Preamble: Rebels in Benghazi are claiming to be the central authority of the Rebellion, with all other governing bodies as subordinate to them, and claiming to be the sole legitimate national government of all of Libya.
Article 1, Section 3: The Rebels in Benghazi are stating that they recognize the various local governments that have sprung up in rebellious cities as legitimate and lawful. The unwritten subtext to this is that they are legitimate and lawful only if they respect the Rebels currently in Benghazi as the head honchos, and respect this declaration as lawful and legitimate.
Article 1, Section 4: The Rebels in Benghazi are stating that no military man is the head-of-state, and that civilians will run the country and not the other way around.
Article 1, Section 5:
- No Constitution of Libya will be set in place without a successful popular vote on the proposed constitution. It is worth noting that even the people of the fledgling United States in the late 1700s had no such vote on the matter.
- The Constitution of Libya will have an equivalent to the US “Bill of Rights” or the French “Declaration of the Rights of Man and of the Citizen” except that, unlike the US Bill of Rights, it will be built into the constitution from day one, and not added afterwards.
- Civil Liberties, assumed to include freedom of political expression, will be guaranteed.
- An Independent Judiciary will be established – this, essentially, means that once a Judge is appointed he generally will not be beholden to the will of the politicians or maintaining his popularity. This is important because Judges should only rule based on the law and not what a politician tells them to do and because Judges should not be ruling on what is popular opinion at the moment. An independent judiciary means that the Law is the final word on the legality of something, and not popularity or politicians.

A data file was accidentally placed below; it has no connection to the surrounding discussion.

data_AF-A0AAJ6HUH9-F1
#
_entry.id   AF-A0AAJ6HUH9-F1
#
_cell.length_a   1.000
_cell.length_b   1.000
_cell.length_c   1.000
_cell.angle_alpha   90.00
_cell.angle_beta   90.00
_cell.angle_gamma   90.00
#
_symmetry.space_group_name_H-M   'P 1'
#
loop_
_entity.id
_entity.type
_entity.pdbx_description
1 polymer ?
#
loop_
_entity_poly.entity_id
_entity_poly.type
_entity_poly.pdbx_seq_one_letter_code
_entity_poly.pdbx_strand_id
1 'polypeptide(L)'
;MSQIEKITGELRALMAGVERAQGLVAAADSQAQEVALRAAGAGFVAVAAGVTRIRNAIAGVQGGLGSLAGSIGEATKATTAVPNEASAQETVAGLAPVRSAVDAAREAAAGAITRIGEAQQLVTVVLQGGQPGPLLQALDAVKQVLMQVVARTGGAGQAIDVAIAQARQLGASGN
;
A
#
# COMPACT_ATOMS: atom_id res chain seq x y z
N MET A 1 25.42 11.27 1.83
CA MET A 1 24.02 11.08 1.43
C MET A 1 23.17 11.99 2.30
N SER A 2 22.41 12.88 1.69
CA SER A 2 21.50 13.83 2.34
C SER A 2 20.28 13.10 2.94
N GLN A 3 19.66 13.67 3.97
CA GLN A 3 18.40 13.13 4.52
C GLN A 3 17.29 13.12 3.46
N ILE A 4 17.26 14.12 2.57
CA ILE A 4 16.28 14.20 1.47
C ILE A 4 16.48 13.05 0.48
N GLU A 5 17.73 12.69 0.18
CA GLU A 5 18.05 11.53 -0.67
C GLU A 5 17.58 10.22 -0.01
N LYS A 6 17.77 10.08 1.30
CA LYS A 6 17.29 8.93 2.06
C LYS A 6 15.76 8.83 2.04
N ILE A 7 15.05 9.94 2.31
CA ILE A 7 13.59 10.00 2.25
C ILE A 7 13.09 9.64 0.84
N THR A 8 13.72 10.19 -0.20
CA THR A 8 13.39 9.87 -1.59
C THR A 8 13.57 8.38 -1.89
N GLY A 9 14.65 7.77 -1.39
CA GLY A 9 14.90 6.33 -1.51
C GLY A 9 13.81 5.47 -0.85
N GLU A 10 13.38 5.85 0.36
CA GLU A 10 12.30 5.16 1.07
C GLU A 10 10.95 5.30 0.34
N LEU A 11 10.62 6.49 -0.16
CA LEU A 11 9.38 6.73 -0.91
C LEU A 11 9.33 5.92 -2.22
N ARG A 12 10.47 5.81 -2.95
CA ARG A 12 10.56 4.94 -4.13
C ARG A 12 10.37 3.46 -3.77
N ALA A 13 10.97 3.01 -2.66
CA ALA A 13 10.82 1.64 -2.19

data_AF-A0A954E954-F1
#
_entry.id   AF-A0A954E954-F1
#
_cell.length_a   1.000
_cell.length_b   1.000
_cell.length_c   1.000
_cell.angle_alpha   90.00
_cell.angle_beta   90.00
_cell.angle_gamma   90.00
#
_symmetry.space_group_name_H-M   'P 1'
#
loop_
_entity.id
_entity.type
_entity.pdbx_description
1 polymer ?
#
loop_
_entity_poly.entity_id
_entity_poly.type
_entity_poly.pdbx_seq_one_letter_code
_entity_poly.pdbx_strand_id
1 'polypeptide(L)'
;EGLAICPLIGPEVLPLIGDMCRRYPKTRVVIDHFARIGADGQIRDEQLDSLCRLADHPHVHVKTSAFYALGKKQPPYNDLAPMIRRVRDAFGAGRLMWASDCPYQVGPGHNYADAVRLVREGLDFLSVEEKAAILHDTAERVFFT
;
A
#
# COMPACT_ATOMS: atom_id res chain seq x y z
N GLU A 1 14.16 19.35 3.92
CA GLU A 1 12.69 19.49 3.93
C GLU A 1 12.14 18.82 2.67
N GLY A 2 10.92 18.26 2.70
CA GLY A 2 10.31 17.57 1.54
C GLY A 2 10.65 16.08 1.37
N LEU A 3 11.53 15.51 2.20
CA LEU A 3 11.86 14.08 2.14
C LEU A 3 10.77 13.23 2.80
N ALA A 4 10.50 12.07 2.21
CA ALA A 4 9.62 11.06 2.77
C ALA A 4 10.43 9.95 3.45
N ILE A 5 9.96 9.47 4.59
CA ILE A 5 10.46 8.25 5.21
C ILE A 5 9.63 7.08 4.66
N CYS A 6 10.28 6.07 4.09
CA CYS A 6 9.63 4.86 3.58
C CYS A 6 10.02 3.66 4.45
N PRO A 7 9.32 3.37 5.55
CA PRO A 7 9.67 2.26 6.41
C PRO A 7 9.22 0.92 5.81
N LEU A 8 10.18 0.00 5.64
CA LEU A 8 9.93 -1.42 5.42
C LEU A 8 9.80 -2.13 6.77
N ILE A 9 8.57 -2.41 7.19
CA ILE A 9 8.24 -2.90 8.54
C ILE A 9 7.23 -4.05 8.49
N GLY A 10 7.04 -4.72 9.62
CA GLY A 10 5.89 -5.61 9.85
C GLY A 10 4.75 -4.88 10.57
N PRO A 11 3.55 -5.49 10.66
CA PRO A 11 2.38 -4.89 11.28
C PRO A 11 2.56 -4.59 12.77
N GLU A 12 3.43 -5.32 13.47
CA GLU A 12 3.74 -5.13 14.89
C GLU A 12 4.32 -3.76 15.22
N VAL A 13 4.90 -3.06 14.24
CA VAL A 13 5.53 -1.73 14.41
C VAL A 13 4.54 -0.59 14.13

Article 1, Section 7: Once again, the Rebels in Benghazi claim the sole right to manage foreign relations, sign international treaties, etc.
Article 2: The provisional “council” will be 25 or fewer elders, and 5 or more young people. From among that membership, it will select it’s various officers.
Article 3: The Rebels are again declaring their intent to capture Tripoli.
Article 5: Mustafa Abdul Jaleel is the temporary President, and Abdul Hafid Abdul Qader Ghoga is the temporary vice president and head of public relations.
Many westerners may consider it a “bad thing” that women’s rights are not enshrined in this document. A fair point. I would counter, however, by pointing out that political free expression is the fundamental freedom from whence all other freedoms derive. Political free expression is guaranteed by the above document. So long as that promise is kept, women’s rights in Libya will take care of themselves the same way they took care of themselves in various other Democracies of the 20th century.